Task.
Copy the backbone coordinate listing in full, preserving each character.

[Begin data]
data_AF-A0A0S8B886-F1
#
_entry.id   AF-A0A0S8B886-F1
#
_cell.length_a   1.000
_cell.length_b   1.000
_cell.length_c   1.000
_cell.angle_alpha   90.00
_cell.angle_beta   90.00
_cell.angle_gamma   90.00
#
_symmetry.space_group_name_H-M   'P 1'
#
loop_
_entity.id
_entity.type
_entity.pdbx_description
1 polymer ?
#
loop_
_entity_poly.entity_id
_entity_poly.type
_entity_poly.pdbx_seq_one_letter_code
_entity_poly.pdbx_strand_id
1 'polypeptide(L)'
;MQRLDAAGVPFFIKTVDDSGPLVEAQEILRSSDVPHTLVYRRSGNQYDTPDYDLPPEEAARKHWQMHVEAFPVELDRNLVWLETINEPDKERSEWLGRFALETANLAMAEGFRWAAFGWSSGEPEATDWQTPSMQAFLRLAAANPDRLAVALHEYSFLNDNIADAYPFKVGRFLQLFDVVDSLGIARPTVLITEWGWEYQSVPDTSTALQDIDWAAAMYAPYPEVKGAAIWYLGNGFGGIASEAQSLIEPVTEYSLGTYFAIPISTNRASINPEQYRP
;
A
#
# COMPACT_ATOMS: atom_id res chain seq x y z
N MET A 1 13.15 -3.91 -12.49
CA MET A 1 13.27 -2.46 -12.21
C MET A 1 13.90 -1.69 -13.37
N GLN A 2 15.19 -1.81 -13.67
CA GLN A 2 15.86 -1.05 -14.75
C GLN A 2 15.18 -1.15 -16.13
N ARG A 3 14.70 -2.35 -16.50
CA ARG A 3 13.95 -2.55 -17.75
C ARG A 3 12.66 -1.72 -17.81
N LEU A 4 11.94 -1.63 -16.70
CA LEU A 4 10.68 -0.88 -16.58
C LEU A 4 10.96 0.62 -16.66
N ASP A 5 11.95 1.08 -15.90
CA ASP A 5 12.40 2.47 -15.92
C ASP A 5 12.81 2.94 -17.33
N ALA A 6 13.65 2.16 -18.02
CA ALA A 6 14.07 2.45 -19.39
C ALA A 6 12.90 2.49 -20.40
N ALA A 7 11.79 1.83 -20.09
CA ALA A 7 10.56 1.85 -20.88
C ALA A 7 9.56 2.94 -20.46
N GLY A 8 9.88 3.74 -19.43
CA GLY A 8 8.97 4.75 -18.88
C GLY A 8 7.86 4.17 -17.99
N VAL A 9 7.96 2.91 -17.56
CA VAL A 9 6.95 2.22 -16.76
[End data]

data_AF-A0A0S8B886-F1
#
_entry.id   AF-A0A0S8B886-F1
#
_cell.length_a   1.000
_cell.length_b   1.000
_cell.length_c   1.000
_cell.angle_alpha   90.00
_cell.angle_beta   90.00
_cell.angle_gamma   90.00
#
_symmetry.space_group_name_H-M   'P 1'
#
loop_
_entity.id
_entity.type
_entity.pdbx_description
1 polymer ?
#
loop_
_entity_poly.entity_id
_entity_poly.type
_entity_poly.pdbx_seq_one_letter_code
_entity_poly.pdbx_strand_id
1 'polypeptide(L)'
;MQRLDAAGVPFFIKTVDDSGPLVEAQEILRSSDVPHTLVYRRSGNQYDTPDYDLPPEEAARKHWQMHVEAFPVELDRNLVWLETINEPDKERSEWLGRFALETANLAMAEGFRWAAFGWSSGEPEATDWQTPSMQAFLRLAAANPDRLAVALHEYSFLNDNIADAYPFKVGRFLQLFDVVDSLGIARPTVLITEWGWEYQSVPDTSTALQDIDWAAAMYAPYPEVKGAAIWYLGNGFGGIASEAQSLIEPVTEYSLGTYFAIPISTNRASINPEQYRP
;
A
#
# COMPACT_ATOMS: atom_id res chain seq x y z
N MET A 1 13.15 -3.91 -12.49
CA MET A 1 13.27 -2.46 -12.21
C MET A 1 13.90 -1.69 -13.37
N GLN A 2 15.19 -1.81 -13.67
CA GLN A 2 15.86 -1.05 -14.75
C GLN A 2 15.18 -1.15 -16.13
N ARG A 3 14.70 -2.35 -16.50
CA ARG A 3 13.95 -2.55 -17.75
C ARG A 3 12.66 -1.72 -17.81
N LEU A 4 11.94 -1.63 -16.70
CA LEU A 4 10.68 -0.88 -16.58
C LEU A 4 10.96 0.62 -16.66
N ASP A 5 11.95 1.08 -15.90
CA ASP A 5 12.40 2.47 -15.92
C ASP A 5 12.81 2.94 -17.33
N ALA A 6 13.65 2.16 -18.02
CA ALA A 6 14.07 2.45 -19.39
C ALA A 6 12.90 2.49 -20.40
N ALA A 7 11.79 1.83 -20.09
CA ALA A 7 10.56 1.85 -20.88
C ALA A 7 9.56 2.94 -20.46
N GLY A 8 9.88 3.74 -19.43
CA GLY A 8 8.97 4.75 -18.88
C GLY A 8 7.86 4.17 -17.99
N VAL A 9 7.96 2.91 -17.56
CA VAL A 9 6.95 2.22 -16.76